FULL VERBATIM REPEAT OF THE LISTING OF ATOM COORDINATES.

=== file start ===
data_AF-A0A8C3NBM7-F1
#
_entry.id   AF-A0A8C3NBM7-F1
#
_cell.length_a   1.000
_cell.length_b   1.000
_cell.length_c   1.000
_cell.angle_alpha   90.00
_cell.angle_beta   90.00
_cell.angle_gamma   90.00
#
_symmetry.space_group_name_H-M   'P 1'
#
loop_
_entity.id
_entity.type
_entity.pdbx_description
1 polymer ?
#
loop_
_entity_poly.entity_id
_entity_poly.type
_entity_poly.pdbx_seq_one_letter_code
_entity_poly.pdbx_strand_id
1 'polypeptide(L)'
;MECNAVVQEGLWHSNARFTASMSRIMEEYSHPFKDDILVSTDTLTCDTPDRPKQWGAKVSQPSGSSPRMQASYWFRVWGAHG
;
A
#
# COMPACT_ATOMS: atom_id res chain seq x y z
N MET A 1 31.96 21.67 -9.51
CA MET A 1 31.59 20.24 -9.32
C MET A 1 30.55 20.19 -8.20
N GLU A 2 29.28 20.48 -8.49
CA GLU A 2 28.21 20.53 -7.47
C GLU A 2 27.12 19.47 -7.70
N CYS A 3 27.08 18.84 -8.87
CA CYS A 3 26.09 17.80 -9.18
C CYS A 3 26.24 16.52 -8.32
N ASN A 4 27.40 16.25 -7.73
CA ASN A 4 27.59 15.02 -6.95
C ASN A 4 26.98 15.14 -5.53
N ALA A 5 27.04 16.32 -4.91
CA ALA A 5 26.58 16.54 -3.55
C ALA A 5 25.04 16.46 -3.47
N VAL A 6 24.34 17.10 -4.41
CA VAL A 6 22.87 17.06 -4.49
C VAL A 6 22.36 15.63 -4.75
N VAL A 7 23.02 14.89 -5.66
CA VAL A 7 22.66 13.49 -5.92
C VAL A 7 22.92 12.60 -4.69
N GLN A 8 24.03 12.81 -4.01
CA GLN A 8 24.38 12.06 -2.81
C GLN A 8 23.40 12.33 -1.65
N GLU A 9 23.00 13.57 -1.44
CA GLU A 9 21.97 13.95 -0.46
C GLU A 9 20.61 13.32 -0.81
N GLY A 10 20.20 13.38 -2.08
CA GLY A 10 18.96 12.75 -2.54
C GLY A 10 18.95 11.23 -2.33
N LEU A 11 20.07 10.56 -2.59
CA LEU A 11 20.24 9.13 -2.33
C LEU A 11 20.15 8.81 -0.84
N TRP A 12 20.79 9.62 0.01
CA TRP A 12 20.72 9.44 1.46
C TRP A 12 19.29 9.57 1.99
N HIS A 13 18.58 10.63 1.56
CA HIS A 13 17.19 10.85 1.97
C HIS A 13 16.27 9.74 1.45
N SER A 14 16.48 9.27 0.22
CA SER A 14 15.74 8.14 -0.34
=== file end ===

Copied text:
data_AF-A0A8C3NBM7-F1
#
_entry.id   AF-A0A8C3NBM7-F1
#
_cell.length_a   1.000
_cell.length_b   1.000
_cell.length_c   1.000
_cell.angle_alpha   90.00
_cell.angle_beta   90.00
_cell.angle_gamma   90.00
#
_symmetry.space_group_name_H-M   'P 1'
#
loop_
_entity.id
_entity.type
_entity.pdbx_description
1 polymer ?
#
loop_
_entity_poly.entity_id
_entity_poly.type
_entity_poly.pdbx_seq_one_letter_code
_entity_poly.pdbx_strand_id
1 'polypeptide(L)'
;MECNAVVQEGLWHSNARFTASMSRIMEEYSHPFKDDILVSTDTLTCDTPDRPKQWGAKVSQPSGSSPRMQASYWFRVWGAHG
;
A
#
# COMPACT_ATOMS: atom_id res chain seq x y z
N MET A 1 31.96 21.67 -9.51
CA MET A 1 31.59 20.24 -9.32
C MET A 1 30.55 20.19 -8.20
N GLU A 2 29.28 20.48 -8.49
CA GLU A 2 28.21 20.53 -7.47
C GLU A 2 27.12 19.47 -7.70
N CYS A 3 27.08 18.84 -8.87
CA CYS A 3 26.09 17.80 -9.18
C CYS A 3 26.24 16.52 -8.32
N ASN A 4 27.40 16.25 -7.73
CA ASN A 4 27.59 15.02 -6.95
C ASN A 4 26.98 15.14 -5.53
N ALA A 5 27.04 16.32 -4.91
CA ALA A 5 26.58 16.54 -3.55
C ALA A 5 25.04 16.46 -3.47
N VAL A 6 24.34 17.10 -4.41
CA VAL A 6 22.87 17.06 -4.49
C VAL A 6 22.36 15.63 -4.75
N VAL A 7 23.02 14.89 -5.66
CA VAL A 7 22.66 13.49 -5.92
C VAL A 7 22.92 12.60 -4.69
N GLN A 8 24.03 12.81 -4.01
CA GLN A 8 24.38 12.06 -2.81
C GLN A 8 23.40 12.33 -1.65
N GLU A 9 23.00 13.57 -1.44
CA GLU A 9 21.97 13.95 -0.46
C GLU A 9 20.61 13.32 -0.81
N GLY A 10 20.20 13.38 -2.08
CA GLY A 10 18.96 12.75 -2.54
C GLY A 10 18.95 11.23 -2.33
N LEU A 11 20.07 10.56 -2.59
CA LEU A 11 20.24 9.13 -2.33
C LEU A 11 20.15 8.81 -0.84
N TRP A 12 20.79 9.62 0.01
CA TRP A 12 20.72 9.44 1.46
C TRP A 12 19.29 9.57 1.99
N HIS A 13 18.58 10.63 1.56
CA HIS A 13 17.19 10.85 1.97
C HIS A 13 16.27 9.74 1.45
N SER A 14 16.48 9.27 0.22
CA SER A 14 15.74 8.14 -0.34